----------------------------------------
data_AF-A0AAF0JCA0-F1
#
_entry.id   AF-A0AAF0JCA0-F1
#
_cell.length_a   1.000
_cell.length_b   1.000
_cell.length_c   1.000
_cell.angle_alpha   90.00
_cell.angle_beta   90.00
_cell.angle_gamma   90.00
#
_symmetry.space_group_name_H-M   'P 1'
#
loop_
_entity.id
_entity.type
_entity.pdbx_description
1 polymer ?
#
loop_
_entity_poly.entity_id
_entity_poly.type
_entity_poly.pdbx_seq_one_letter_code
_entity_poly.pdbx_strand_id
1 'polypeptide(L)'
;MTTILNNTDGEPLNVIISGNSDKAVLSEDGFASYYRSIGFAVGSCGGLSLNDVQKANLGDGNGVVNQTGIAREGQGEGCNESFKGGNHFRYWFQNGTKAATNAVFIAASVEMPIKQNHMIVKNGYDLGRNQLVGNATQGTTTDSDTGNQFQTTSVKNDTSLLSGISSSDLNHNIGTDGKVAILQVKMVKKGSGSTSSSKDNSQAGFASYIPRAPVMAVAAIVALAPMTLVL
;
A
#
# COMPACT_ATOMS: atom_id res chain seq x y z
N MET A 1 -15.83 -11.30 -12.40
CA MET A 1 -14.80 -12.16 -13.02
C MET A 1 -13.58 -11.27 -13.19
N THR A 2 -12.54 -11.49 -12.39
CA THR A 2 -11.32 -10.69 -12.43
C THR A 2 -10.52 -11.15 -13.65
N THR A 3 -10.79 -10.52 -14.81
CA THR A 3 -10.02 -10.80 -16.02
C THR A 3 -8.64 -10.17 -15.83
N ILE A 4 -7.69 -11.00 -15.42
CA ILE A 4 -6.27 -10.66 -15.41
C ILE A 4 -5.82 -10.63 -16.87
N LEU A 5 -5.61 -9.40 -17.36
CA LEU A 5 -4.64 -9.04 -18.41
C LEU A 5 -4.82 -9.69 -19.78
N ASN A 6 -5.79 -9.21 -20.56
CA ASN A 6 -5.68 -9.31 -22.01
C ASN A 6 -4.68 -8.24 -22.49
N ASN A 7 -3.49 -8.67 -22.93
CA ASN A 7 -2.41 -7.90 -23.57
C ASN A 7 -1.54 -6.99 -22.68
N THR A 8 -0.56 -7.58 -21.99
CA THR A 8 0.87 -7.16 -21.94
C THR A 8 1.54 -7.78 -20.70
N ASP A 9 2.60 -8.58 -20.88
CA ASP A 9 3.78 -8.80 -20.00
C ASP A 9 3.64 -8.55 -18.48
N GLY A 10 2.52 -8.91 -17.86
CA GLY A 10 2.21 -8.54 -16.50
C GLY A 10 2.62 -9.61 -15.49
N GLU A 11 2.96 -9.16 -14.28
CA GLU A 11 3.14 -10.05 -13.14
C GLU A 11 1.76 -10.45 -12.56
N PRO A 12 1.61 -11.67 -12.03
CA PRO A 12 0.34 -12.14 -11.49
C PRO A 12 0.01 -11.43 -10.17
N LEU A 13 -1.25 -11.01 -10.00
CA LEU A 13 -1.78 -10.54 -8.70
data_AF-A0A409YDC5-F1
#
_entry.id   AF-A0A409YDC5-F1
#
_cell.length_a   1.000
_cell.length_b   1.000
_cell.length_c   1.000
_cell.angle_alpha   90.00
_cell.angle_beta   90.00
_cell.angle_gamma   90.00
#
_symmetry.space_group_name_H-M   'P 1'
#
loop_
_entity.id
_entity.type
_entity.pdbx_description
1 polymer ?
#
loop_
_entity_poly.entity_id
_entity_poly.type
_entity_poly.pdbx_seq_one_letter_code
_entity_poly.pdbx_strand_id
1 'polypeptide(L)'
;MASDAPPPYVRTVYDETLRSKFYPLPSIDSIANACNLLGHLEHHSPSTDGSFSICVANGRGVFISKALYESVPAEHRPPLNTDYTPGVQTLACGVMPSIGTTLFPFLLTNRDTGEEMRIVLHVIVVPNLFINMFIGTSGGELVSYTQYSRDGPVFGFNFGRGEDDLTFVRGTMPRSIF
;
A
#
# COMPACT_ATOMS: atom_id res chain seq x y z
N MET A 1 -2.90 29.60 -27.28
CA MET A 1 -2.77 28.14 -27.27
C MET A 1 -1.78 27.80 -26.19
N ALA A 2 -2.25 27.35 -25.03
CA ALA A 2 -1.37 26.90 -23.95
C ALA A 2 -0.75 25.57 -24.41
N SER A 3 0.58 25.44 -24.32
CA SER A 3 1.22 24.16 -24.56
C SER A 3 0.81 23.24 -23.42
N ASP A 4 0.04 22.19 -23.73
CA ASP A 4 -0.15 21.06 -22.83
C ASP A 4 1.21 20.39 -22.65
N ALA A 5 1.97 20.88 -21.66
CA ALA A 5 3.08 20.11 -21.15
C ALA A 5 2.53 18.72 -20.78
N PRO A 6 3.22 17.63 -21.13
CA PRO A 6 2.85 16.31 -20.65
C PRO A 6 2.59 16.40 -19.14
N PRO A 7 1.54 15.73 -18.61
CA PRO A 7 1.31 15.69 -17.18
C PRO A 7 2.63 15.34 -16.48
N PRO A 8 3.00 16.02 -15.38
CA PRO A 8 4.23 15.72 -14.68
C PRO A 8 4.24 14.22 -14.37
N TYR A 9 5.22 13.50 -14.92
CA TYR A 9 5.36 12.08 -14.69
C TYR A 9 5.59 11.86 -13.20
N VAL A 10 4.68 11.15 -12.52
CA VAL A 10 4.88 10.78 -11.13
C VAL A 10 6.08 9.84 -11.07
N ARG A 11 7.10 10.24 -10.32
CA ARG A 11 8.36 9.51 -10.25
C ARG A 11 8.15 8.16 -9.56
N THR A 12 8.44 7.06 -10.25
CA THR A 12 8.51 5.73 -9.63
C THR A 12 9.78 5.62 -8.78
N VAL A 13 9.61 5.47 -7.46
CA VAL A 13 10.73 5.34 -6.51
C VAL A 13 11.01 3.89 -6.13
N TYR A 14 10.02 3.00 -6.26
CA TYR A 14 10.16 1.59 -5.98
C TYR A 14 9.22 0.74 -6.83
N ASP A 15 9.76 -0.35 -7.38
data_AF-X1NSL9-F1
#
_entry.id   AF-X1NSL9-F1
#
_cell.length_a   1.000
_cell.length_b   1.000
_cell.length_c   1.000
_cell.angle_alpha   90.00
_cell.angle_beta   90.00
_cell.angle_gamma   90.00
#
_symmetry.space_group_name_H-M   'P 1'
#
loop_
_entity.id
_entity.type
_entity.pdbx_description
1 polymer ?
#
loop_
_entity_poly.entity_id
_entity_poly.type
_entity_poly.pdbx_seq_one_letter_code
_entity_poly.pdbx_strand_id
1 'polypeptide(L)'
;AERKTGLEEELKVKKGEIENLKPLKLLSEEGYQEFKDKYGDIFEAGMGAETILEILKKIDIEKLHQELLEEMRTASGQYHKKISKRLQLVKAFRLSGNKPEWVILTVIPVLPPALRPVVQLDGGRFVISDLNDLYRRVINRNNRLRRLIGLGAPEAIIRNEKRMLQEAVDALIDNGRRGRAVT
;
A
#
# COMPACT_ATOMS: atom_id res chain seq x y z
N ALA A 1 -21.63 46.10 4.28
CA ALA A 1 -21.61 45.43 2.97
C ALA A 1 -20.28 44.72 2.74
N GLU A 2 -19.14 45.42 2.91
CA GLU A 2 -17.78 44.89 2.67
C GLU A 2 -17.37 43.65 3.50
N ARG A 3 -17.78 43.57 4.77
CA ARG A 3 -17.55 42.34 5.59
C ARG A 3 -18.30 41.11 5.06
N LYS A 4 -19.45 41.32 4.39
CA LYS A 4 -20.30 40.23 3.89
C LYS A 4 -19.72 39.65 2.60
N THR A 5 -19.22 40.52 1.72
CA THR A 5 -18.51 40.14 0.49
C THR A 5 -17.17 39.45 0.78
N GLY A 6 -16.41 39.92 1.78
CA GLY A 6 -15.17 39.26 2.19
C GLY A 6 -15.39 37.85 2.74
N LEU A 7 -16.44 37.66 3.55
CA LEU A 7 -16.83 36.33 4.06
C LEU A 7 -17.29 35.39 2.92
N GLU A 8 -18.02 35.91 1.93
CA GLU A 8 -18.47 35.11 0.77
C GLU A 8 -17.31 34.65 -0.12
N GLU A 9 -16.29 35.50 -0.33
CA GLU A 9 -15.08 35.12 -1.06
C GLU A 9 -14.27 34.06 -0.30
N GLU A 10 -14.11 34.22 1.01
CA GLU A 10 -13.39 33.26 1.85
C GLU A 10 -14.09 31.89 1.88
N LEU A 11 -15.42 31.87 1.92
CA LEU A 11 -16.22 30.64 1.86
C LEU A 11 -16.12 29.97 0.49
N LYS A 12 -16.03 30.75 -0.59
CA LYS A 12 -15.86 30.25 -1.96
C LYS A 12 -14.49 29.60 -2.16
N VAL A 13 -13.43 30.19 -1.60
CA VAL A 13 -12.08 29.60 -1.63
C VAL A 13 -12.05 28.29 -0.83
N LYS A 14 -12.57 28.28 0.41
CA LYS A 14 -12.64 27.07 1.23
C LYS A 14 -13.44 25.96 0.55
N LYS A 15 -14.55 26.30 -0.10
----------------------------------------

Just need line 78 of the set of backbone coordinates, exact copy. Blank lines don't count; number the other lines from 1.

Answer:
_cell.angle_gamma   90.00